On 1 September 2022, the Laudato Si’ Movement (LSM) participated in the 11th World Council of Churches (WCC) celebration of the 2022 Season of Creation with the theme: “Listen to the Voice of Creation” in Karlsruhe, Germany.

The Panel discussion on the topic: “How to listen to the voices of creation and respond to God’s -possibly the last-divine call for ecological repentance at WCC assembly in Karlsruhe?”, bringing together Season of Creation leaderships and ecumenical environmental activists to promote creation care, climate justice and urgent ecological conversion. 

The participating panelists were: Rev Chad Rimmer (Chair of SoC, Lutheran World Federation, Switzerland/USA), Dr. Elisabeth Sherrill (Renovar Nosso Mundo campaign, Anglican church, Brazil), DrJochen Motte  (Wuppertal call representatives, Evangelical church, Germany), Rev Peter Pavlovic (ECEN representative, Protestant church, Belgium), Rev Mike Vorster (SoC Methodist church, South Africa), Br. Tagoy Jakosalem (Laudato Si Movement representative, SoC Catholic church, Philippines), Rev. Giorgos Basioudis (CEMES representative, Orthodox church, Greece). 

The panel moderators were: Dr. h.c. Dietrich Werner (Evangelical Lutheran Church Northern Germany), Rev Henrik Grape (Church of Sweeden, coordinator of WCC working group on climate change), and Dr. Louk Andrianos (Consultant for creation care, sustainability, and climate justice).

Br. Tagoy Jakosalem, OAR representing the Laudato Si’ Movement, presented the fundamental significance in Pope Francis’ Message for the World Day of Prayer for Creation 2022, where the pope says: “If we learn how to listen, we can hear in the voice of creation a kind of dissonance. On the one hand, we can hear a sweet song in praise of our beloved Creator; on the other, an anguished plea, lamenting our mistreatment of this our common home.”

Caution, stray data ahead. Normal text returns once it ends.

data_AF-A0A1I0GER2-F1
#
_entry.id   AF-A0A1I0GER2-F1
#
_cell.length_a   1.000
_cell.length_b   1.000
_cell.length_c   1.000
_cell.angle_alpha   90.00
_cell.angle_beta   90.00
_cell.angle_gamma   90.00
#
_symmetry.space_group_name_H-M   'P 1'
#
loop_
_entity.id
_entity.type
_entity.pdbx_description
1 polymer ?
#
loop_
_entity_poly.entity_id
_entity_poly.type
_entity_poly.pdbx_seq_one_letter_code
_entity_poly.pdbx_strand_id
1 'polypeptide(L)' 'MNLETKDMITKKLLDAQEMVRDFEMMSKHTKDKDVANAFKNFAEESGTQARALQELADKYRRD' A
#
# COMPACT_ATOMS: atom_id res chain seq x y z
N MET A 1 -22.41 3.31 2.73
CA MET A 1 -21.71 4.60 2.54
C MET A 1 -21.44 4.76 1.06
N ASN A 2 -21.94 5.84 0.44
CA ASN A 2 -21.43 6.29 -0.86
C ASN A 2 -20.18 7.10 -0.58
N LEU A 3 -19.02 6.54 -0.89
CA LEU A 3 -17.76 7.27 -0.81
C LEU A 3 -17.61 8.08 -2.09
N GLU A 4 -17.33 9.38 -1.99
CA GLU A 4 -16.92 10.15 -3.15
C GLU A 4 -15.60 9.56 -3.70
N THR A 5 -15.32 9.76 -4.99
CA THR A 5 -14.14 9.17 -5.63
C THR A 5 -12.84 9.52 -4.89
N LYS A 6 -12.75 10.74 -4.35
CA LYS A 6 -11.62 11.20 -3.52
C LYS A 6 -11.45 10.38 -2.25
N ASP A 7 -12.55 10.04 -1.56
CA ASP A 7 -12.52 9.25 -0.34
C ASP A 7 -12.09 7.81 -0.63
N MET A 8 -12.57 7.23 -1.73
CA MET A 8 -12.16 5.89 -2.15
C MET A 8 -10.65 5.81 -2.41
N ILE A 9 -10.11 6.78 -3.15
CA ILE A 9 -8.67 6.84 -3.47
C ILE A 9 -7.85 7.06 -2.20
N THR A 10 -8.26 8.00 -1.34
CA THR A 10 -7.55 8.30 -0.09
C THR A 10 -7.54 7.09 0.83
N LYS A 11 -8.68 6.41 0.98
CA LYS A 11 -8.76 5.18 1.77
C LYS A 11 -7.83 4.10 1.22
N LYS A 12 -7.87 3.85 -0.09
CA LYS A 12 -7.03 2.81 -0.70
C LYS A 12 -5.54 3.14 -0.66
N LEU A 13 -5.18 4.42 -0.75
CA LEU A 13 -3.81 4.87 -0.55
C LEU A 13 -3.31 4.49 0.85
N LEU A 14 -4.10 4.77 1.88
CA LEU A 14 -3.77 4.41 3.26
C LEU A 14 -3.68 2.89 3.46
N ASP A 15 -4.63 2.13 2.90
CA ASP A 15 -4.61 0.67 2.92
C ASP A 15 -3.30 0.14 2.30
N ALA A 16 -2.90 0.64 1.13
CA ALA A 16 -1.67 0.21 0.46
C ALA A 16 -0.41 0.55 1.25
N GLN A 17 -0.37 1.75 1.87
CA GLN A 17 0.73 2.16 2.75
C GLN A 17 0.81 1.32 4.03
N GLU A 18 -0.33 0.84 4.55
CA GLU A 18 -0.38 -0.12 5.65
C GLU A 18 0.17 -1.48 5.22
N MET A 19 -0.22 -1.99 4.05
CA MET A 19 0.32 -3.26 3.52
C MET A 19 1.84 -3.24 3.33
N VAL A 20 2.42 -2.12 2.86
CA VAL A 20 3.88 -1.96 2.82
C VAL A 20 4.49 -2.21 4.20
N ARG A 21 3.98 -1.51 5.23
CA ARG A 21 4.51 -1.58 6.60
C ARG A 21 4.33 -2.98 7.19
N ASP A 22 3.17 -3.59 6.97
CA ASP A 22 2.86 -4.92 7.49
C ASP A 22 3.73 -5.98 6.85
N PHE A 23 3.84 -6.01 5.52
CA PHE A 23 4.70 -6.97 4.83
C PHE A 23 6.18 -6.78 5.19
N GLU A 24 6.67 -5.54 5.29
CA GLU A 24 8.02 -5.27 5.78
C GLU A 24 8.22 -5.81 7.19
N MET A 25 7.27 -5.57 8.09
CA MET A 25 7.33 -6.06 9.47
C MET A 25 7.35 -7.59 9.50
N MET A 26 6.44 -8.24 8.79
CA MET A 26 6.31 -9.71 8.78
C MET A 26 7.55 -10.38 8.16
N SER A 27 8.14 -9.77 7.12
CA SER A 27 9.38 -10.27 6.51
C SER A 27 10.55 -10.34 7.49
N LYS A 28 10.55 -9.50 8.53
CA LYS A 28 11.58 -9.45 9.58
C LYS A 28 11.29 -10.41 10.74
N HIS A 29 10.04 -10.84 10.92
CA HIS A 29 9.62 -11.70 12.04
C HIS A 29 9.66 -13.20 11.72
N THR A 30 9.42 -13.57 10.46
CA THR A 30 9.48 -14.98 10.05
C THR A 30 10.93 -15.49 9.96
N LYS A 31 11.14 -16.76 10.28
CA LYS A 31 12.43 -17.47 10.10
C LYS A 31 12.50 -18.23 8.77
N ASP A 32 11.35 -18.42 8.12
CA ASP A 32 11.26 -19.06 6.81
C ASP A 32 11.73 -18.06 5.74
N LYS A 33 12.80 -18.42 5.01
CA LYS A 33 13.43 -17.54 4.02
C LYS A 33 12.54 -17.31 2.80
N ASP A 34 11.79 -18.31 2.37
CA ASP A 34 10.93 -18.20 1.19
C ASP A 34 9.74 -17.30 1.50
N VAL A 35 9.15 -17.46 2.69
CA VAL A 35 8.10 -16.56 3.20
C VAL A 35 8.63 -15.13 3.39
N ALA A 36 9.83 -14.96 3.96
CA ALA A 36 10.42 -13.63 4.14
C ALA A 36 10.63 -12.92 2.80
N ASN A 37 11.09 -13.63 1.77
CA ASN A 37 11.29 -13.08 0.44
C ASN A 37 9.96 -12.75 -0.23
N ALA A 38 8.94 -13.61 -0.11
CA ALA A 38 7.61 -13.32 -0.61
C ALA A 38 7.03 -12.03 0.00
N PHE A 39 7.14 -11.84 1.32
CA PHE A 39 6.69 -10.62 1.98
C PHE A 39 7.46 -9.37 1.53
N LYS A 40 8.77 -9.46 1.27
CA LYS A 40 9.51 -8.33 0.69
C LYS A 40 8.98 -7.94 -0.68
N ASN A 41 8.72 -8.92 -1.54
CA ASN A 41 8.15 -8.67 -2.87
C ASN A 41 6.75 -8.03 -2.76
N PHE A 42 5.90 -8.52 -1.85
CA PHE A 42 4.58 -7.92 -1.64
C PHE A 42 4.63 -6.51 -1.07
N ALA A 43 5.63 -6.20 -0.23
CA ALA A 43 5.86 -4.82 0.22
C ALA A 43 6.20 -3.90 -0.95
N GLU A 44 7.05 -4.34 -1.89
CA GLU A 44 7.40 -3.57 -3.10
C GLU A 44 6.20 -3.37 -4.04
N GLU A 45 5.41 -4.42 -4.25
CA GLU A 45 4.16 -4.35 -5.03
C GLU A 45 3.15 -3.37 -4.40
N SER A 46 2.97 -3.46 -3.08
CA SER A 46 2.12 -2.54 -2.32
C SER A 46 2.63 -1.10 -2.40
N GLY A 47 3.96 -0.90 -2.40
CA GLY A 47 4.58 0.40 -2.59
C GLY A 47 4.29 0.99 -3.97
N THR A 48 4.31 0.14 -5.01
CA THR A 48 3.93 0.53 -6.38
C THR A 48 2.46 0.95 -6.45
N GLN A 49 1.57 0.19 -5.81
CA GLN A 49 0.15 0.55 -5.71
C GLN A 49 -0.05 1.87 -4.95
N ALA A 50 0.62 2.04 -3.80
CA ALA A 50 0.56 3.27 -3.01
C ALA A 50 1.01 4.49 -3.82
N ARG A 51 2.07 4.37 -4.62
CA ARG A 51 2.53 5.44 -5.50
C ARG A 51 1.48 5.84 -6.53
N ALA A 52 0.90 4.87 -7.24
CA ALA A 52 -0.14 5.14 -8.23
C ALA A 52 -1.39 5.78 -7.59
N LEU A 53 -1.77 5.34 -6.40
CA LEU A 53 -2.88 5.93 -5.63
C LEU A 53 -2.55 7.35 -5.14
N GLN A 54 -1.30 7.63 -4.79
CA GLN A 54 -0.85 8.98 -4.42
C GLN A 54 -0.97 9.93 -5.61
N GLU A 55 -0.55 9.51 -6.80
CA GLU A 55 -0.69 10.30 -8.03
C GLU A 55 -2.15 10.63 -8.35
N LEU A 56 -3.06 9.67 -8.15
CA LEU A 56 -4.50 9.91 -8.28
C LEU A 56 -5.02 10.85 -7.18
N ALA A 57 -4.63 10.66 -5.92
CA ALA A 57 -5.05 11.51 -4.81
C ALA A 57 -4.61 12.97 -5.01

During the panel discussion, Br. Jakosalem reiterated a clarion call to WCC, member churches, and participants with this message: “A real ecological spirituality brings a real kairos for creation, true ecological repentance of what we have done to creation. Likewise, our silence to the many cries of creation destroys our relationship with God. Ecological repentance not only brings spiritual change; but should bring also ‘system change’ – in society, in the church, and in our own spaces of encounters. Our ecumenical spaces of encounter/s must bring a greater awareness of ecological repentance to our faith communities. If only faith communities listen to the cry of the earth and the cry of the poor, we can then end the anguish of our people and our planet.”